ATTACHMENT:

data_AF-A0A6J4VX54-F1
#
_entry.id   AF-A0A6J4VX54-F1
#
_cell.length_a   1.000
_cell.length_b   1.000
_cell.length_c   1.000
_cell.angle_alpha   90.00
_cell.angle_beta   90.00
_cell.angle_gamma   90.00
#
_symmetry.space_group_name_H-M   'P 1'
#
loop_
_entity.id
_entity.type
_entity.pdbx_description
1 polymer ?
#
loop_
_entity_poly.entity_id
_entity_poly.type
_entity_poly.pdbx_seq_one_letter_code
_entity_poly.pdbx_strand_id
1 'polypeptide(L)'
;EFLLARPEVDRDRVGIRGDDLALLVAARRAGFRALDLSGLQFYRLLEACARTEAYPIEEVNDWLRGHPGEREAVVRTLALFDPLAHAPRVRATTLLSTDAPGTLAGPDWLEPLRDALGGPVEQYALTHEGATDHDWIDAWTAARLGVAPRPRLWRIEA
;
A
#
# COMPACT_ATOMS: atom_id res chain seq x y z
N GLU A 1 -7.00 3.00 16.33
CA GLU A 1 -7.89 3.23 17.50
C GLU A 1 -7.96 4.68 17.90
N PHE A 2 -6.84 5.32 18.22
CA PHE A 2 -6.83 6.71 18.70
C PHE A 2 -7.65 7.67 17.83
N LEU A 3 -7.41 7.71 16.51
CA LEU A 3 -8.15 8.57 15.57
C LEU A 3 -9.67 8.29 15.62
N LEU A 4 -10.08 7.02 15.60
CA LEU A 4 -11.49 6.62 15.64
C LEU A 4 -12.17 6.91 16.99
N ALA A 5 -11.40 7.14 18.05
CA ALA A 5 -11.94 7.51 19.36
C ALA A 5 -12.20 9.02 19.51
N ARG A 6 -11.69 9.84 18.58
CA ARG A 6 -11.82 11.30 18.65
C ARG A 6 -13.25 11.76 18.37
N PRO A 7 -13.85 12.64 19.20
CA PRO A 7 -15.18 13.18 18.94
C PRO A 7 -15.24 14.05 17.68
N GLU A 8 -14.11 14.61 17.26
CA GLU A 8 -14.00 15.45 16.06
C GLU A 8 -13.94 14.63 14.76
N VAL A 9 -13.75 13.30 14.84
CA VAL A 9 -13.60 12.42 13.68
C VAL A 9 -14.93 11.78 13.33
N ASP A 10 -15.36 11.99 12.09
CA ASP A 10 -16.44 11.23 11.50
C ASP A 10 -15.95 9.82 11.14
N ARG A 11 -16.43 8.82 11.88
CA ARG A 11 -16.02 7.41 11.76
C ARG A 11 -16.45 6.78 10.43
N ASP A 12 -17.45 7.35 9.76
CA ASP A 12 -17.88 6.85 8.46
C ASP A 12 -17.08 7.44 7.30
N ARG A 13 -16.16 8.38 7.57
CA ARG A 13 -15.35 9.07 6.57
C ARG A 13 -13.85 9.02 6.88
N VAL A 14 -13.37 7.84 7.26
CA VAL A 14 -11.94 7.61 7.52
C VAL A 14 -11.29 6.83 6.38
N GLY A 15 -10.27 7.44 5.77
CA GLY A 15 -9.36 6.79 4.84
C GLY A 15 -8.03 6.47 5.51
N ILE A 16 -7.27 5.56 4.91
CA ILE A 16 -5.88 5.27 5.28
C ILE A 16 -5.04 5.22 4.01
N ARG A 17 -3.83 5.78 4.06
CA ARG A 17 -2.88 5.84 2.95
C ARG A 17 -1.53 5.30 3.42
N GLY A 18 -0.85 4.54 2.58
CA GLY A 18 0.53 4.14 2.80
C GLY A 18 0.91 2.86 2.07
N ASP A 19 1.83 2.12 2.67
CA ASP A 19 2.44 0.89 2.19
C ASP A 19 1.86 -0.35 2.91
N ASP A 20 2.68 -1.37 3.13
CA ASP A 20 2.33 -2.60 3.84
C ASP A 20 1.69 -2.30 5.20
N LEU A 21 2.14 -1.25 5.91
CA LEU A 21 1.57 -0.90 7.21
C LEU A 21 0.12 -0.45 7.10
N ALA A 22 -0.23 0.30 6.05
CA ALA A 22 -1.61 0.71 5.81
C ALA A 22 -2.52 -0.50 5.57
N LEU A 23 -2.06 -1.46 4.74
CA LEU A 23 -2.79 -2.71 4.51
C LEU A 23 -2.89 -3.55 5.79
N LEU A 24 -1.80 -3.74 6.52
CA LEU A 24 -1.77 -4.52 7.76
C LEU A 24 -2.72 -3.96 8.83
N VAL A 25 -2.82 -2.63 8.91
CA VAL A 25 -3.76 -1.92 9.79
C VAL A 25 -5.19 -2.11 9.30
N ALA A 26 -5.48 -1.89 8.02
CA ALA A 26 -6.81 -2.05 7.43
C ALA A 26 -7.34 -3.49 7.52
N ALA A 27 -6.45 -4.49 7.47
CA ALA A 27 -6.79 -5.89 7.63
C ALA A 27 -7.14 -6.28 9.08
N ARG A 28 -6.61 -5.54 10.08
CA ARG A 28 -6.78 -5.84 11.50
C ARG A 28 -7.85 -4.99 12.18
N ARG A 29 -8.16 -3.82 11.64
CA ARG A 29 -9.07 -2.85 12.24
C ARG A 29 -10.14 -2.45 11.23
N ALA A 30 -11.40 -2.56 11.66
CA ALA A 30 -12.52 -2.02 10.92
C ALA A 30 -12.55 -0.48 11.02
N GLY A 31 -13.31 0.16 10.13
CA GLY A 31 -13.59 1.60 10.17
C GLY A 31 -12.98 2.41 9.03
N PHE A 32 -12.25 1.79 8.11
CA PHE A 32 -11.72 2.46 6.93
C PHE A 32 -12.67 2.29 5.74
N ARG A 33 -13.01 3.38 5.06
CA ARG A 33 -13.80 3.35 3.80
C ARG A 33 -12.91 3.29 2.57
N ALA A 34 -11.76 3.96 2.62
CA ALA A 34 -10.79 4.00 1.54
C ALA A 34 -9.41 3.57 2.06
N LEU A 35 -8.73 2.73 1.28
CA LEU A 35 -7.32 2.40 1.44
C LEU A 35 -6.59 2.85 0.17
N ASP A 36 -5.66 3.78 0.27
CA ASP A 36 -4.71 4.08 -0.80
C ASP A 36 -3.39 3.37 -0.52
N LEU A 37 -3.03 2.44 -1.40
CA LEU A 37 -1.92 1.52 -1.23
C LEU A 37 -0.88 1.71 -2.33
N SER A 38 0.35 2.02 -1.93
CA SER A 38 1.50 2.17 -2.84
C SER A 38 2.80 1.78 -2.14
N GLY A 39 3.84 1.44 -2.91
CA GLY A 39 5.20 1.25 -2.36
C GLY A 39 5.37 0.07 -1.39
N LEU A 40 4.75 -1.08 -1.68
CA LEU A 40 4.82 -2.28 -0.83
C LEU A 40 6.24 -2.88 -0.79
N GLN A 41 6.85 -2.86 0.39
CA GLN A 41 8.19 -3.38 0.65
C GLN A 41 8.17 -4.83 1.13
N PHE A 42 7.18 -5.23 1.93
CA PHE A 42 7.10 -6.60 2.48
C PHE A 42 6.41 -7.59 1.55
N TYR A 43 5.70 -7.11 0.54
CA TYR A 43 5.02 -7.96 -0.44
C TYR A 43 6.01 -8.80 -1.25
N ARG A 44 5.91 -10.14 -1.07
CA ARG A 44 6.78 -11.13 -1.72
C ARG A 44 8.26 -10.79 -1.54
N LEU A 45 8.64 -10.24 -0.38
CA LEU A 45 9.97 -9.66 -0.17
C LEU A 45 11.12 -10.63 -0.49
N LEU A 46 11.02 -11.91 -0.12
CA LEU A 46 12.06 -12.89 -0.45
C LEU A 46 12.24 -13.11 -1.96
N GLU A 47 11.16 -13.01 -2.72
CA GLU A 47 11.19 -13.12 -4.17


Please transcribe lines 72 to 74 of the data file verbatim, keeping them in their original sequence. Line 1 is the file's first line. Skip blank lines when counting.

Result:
C VAL A 14 -11.29 6.83 6.38
N GLY A 15 -10.27 7.44 5.77
CA GLY A 15 -9.36 6.79 4.84